When deciding to leave a job, the expectation of receiving unemployment insurance benefits understandably plays a large role in an employee’s thought process. While many employees understand their rights regarding these benefits, we have found that there remains a great deal of confusion which, if not clarified, can lead to the unpleasant surprise of lost unemployment benefits.
Who is Eligible?
The starting point is to understand that employees who quit or voluntarily leave work are not eligible to receive unemployment insurance. Of course, if an employee is forced to quit – resulting in either a resignation in lieu of discharge, or a constructive discharge – the employee remains entitled to benefits. But voluntarily terminating one’s employment disqualifies an employee from receiving unemployment insurance benefits. Not surprisingly, therefore, many unemployment benefits case decisions turn on the issue of whether the employee voluntarily quit or was forced to quit.
When deciding whether to quit a job, then, the best decision for purposes of unemployment benefits is to continue working until they fire you. Of course, other considerations may come into play – such as prolonged harassment, a hostile work environment or unsafe work conditions, or simply quality of life. If you are struggling with the decision of whether to quit your job and would like to know how to weigh these various factors and the impact they should have on your decision, contact Luchansky Law so we can use our experience to help guide you through the process.
Appealing Unemployment Insurance
“I worked at my company long enough and have earned the minimum requirements to be eligible for unemployment insurance, so why am I being denied benefits? And what can I do about it?”
Many employees are caught off guard when they receive a notice in the mail from the Department of Labor, Licensing, and Regulation (the “DLLR”) scheduling a telephone hearing to discuss their benefit eligibility. Some employees are surprised to learn that employers may challenge a former employee’s right to unemployment benefits on non-economic grounds. Others are aware that employers may contest a claim for benefits, but they are not clear what the grounds for disqualification are. Those grounds include but are not limited to: a claim that the employee voluntarily quit, or a claim that the employee engaged in misconduct, or the failure of the employee to look for new work. We will discuss each of these reasons for disqualification in posts to follow.
Employees must realize, however, that it is just as important to be familiar with the unemployment appeal procedure as it is to know the reasons why you can be disqualified from receiving benefits. Many employees simply are not prepared during the initial phone hearing and are denied unemployment insurance benefits. Then they figure that they will go to the hearing held at the next level without an attorney, thinking that they always can get an attorney to challenge the decision later, if it does not go in the employee’s favor. These mistakes often result in the loss of benefits in cases where knowing the appeal process would have enabled an employee to prevail.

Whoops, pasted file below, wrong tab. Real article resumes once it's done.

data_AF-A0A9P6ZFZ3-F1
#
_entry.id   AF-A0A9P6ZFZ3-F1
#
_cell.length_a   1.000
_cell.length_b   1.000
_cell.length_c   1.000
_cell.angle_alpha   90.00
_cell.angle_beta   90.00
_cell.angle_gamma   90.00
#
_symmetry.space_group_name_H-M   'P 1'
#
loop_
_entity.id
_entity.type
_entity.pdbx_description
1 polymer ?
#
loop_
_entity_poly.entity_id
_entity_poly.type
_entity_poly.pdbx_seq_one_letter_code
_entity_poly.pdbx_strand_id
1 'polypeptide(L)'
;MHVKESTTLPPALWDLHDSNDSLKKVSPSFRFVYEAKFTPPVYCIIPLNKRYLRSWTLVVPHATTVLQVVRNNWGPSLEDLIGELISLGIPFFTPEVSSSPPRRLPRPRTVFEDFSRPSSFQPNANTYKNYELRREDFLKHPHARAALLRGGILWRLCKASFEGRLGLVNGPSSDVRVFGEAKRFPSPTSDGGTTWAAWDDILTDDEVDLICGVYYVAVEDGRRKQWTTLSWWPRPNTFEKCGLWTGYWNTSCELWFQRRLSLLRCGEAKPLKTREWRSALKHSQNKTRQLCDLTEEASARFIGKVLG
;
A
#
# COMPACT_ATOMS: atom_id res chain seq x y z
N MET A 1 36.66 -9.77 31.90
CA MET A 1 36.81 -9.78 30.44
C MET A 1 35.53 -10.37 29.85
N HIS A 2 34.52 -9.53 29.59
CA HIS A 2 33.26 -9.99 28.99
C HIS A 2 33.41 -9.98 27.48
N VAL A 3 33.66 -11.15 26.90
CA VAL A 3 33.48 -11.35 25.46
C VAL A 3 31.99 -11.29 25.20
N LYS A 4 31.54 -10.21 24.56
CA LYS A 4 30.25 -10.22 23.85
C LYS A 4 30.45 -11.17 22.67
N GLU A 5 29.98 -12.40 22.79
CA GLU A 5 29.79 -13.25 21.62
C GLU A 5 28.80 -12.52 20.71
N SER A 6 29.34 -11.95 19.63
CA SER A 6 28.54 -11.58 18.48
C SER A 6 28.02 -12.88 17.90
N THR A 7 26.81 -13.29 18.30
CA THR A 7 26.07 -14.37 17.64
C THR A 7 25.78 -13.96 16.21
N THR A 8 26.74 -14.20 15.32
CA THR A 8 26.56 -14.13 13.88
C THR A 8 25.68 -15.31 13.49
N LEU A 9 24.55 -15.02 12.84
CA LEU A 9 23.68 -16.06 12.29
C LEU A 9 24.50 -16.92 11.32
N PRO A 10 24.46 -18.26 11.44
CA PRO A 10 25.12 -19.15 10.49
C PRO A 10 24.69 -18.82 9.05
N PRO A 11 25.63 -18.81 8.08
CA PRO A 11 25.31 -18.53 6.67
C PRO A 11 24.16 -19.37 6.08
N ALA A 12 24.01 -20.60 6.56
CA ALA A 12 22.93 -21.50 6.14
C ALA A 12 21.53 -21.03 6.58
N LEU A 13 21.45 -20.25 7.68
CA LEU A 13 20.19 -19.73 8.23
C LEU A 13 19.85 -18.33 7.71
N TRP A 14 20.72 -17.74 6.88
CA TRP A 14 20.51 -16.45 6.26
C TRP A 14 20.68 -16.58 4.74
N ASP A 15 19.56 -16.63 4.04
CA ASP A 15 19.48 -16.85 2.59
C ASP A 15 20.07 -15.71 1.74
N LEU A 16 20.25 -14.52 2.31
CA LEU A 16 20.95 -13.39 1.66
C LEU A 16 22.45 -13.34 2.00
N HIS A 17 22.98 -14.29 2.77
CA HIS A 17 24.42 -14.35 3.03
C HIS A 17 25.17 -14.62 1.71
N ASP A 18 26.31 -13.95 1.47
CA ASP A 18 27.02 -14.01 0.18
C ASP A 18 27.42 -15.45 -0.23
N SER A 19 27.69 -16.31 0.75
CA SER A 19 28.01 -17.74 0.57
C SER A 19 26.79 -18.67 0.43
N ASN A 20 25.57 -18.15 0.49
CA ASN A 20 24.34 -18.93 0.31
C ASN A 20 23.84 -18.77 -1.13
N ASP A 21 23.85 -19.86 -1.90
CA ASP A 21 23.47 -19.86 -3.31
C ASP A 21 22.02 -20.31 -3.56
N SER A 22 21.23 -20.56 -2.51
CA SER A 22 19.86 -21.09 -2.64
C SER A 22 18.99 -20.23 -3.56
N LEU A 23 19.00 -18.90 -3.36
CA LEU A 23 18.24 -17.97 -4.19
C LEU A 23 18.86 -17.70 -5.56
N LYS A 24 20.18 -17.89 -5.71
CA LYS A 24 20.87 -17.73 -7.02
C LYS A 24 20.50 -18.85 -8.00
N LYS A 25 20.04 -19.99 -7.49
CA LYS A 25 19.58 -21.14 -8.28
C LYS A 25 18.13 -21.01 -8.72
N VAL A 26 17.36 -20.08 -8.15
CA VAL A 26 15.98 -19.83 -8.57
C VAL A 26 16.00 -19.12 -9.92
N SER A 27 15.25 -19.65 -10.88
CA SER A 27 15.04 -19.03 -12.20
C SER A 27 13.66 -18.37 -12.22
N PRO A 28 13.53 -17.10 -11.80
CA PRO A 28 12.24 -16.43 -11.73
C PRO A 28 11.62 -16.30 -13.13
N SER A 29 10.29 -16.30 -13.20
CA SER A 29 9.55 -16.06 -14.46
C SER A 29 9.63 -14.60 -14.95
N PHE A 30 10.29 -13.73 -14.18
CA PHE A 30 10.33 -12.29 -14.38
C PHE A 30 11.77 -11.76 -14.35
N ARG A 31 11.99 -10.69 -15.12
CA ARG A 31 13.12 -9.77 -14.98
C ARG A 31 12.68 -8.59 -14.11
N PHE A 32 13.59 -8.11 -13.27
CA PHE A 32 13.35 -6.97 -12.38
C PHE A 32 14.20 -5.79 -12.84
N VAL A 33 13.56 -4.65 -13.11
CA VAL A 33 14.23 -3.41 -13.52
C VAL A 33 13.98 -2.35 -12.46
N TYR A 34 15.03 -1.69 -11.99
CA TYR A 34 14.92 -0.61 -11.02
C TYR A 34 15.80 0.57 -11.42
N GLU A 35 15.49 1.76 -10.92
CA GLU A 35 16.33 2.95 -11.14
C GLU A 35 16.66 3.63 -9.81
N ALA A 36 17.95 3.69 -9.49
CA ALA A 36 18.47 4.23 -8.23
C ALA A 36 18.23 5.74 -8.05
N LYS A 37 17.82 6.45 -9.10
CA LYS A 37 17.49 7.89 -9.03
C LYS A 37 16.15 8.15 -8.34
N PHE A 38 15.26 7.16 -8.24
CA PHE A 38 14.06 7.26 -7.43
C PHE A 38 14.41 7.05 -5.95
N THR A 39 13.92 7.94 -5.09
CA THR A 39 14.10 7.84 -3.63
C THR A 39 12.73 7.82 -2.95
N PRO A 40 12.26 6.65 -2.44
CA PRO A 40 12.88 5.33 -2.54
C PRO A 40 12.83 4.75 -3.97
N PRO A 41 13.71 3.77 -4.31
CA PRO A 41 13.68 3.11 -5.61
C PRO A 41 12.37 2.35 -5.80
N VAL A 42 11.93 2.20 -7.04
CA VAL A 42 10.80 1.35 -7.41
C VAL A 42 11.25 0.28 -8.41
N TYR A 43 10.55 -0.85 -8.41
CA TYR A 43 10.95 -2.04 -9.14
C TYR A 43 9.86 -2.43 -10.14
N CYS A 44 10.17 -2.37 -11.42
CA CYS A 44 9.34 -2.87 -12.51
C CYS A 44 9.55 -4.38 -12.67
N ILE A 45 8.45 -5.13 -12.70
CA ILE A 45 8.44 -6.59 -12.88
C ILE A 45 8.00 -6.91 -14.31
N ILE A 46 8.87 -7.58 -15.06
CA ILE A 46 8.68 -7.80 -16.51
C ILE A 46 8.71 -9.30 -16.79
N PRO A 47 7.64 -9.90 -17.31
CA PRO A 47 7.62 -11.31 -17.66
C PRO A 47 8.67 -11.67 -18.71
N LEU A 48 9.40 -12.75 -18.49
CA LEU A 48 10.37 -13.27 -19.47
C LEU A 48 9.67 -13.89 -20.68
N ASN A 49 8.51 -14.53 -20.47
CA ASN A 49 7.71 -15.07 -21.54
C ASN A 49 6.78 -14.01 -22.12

The Unemployment Insurance Appeal Process – A Crucial Overview
After initially filing for benefits, the first stage of the unemployment insurance process involves a telephone interview conducted by a representative from the Unemployment Insurance Division of the Maryland Department of Labor, Licensing, and Regulation (“DLLR”). DLLR conducts separate telephone interviews with the employee and with the employer, and it then renders an initial decision. If DLLR denies the employee’s request for benefits, the employee must appeal the denial within 15 days of the decision.
The appeal is a new hearing and is not bound by the findings made during the phone hearing. Even more importantly, the appeal is conducted in person at an Unemployment Insurance Division office and is held before a DLLR Hearing Examiner. Both employees and employers may introduce evidence and call witnesses during the appeal. All testimony is given under oath and is recorded.
The single, most significant mistake that employees make regarding these appeals is failing to realize that this is the ONLY opportunity for a face-to-face hearing that the employee will have. Any appeal from the decision of the Hearing Examiner will be conducted “on the record” – which means that the Hearing Examiner’s decision will be upheld unless a party can demonstrate a serious and prejudicial mistake. As a result, often employees and employers alike make the mistake of not hiring a lawyer to represent them during this appeal. Knowing what information is relevant, how to examine and cross-examine witnesses, and what legal arguments to make all are crucial to a successful appeal hearing. Most people don’t realize that the hearing involves all of these things, and decide to go it alone – a decision they often end up regretting.
Furthermore, many unemployment appeals involve employees and employers who are engaged in other lawsuits with each other, such as a suit for harassment or discrimination. It is important to realize that sworn testimony at the appeal hearing may be used by the parties to have damaging evidence or admissions introduced into evidence at a later trial. Employees who represent themselves, or employers that send a company representative untrained in the law, may have disastrous legal consequences.